Sometimes New Year’s Resolutions suck. The New Year comes just after the Christmas whirlwind, when bank accounts are low, waistlines are expanded, and the weather is gloomy. I like the idea of NYR’s, but the reality is often less than inspiring.
Instead, I propose we practice Spring Break Resolutions. (Or maybe just “Spring Resolutions” for those of y’all who are not students or otherwise ruled by a school calendar ). Spring is a time of growth, of birth, and of life! What a perfect time to let go of things holding us back and commit to something great, right?
This year, I was lucky enough to experience a true Spring Break. Between grad school terms, I took some days off at work and ventured with my beloved to Zion National Park in Utah. What a beautiful and inspiring place!
After four miles of hiking in the wrong direction (whoops), and more miles in the right direction, Dale and I finally made it to the breathtaking lookout he stands at in the photo above. Feeling a bit achy, thirsty, and completely exhilarated, I realized that it was time to change some things in my life. You have to grab inspiration whenever and however it comes.
One small (but meaningful) resolution I made was to eat more fruit and vegetables. This seems so incredibly easy in theory. And yet, since last winter, I had developed such a taste for all food that is not produce (cheese! bread! chocolate! yogurt!) that I had to really put a lot of time into making this change.
For today’s Foodie Friday, I’m going to share some tips for doing this. To be honest, this is mostly a selfish post. Now I won’t have the excuse that I don’t know how to eat fruit and vegetables.
Lindsey’s Guide to Eating Fruits & Vegetables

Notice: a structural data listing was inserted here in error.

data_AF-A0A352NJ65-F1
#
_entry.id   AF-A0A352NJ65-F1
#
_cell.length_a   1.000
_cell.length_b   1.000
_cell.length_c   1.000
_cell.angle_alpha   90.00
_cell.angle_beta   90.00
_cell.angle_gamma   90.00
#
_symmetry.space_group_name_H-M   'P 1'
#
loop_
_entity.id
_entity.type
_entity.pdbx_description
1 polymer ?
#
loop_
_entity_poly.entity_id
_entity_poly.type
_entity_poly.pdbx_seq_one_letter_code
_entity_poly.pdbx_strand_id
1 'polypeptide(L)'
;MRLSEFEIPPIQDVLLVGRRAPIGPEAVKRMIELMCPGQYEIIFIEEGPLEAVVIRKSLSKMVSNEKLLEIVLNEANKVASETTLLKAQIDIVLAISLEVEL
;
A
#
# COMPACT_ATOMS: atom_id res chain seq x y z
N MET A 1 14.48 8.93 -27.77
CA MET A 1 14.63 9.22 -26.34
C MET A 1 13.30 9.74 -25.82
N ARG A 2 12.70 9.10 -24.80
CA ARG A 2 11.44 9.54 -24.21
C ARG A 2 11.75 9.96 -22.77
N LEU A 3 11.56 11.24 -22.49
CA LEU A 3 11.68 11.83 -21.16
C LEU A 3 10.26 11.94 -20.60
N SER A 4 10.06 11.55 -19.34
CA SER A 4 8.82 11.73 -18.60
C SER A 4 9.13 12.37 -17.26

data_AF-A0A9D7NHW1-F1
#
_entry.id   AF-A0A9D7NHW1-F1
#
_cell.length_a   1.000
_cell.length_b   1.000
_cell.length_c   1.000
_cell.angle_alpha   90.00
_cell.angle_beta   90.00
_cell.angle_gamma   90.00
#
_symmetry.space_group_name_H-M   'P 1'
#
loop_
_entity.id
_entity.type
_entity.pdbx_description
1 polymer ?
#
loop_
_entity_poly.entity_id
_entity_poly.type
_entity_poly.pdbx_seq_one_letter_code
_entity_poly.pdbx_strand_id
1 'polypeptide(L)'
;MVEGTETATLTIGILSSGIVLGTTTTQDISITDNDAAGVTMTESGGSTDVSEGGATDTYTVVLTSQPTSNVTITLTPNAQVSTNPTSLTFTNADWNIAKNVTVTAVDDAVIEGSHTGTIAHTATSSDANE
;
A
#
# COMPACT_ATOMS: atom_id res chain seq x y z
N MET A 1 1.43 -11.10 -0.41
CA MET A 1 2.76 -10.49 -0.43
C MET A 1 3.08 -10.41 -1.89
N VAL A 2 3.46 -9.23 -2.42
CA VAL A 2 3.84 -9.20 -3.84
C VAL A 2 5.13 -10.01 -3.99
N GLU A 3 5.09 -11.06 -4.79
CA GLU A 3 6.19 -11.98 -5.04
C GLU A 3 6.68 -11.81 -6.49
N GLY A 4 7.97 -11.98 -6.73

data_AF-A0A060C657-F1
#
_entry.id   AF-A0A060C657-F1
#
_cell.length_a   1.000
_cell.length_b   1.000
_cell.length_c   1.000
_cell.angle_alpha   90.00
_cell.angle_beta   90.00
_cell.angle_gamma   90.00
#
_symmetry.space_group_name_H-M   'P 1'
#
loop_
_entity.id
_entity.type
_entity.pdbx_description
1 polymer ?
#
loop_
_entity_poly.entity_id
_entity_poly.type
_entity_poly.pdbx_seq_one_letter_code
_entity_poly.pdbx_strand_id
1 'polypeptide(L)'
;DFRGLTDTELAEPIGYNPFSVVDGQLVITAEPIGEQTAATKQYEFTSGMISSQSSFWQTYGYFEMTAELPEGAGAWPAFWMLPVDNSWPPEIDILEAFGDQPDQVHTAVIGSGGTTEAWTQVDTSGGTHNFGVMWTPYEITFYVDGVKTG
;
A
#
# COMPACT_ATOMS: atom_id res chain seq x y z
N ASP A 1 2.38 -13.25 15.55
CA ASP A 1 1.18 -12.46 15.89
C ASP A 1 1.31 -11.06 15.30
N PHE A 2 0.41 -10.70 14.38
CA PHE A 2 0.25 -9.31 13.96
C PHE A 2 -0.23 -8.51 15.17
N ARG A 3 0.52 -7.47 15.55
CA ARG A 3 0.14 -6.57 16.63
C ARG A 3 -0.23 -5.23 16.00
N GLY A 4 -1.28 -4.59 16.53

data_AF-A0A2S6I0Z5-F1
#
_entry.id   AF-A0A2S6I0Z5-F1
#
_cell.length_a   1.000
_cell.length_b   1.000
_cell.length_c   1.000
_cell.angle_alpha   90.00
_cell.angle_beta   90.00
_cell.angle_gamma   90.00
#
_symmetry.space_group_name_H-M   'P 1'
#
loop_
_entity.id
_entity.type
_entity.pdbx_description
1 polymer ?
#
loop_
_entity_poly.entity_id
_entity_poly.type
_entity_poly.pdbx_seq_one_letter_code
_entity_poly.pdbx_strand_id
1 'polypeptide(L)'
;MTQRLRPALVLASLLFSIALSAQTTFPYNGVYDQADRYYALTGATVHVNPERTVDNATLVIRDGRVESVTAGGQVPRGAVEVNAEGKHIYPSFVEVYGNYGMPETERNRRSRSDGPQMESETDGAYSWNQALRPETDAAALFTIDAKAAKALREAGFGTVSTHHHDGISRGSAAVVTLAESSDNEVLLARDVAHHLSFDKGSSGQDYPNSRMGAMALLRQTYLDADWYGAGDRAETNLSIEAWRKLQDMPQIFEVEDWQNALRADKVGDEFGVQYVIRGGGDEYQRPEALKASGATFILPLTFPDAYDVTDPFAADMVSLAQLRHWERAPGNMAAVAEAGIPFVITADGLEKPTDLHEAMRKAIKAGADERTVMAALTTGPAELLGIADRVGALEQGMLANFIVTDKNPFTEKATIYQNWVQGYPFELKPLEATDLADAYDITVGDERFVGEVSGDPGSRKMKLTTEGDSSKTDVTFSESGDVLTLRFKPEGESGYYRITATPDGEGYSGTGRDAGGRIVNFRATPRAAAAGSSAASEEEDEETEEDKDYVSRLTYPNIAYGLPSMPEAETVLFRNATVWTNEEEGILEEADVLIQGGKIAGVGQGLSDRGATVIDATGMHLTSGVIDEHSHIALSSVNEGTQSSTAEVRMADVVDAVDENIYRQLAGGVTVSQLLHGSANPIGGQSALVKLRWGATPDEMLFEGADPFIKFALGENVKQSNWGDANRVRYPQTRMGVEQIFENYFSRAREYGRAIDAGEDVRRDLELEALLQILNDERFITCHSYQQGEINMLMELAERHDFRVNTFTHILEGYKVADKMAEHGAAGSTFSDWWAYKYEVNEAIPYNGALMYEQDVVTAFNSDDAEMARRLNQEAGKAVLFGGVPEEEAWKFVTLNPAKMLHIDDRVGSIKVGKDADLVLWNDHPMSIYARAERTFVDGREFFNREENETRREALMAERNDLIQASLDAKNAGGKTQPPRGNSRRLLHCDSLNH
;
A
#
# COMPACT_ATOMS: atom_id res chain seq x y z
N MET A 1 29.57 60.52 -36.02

- Do it early. When eating breakfast (which is always a good idea), don’t let a meal go by without some kind of produce. Add fruit to oatmeal or on top of toast. If you are feeling egg-y, saute up a mix of veggies and put an egg on top (see photo at the top of the page.)
- Cook it all at once. I realized that one thing holding me back was the time it took to cook the produce I love. To get around this, I resolved to use my Sunday afternoons to roast up a batch of things like potatoes, squash, and onions to eat throughout the week.
- Snacks! Replace the granola bar, sugary yogurt, or candy with apples, carrots, and bananas. If you still want one of those other things after eating the produce, you can have it.
- Plan your lunches. This one piggy-backs off of no. 2. Once I had things like squash and potatoes cooked up, it was easy to pack it up for lunch. This has reduced the number of impulse (i.e. fast food) lunches.
- Smoothies. When lusting after desserts, throw together a smoothie with frozen fruit, something like carrots or spinach, a bit of powdered drink mix like Crystal Light, and water. Yum.
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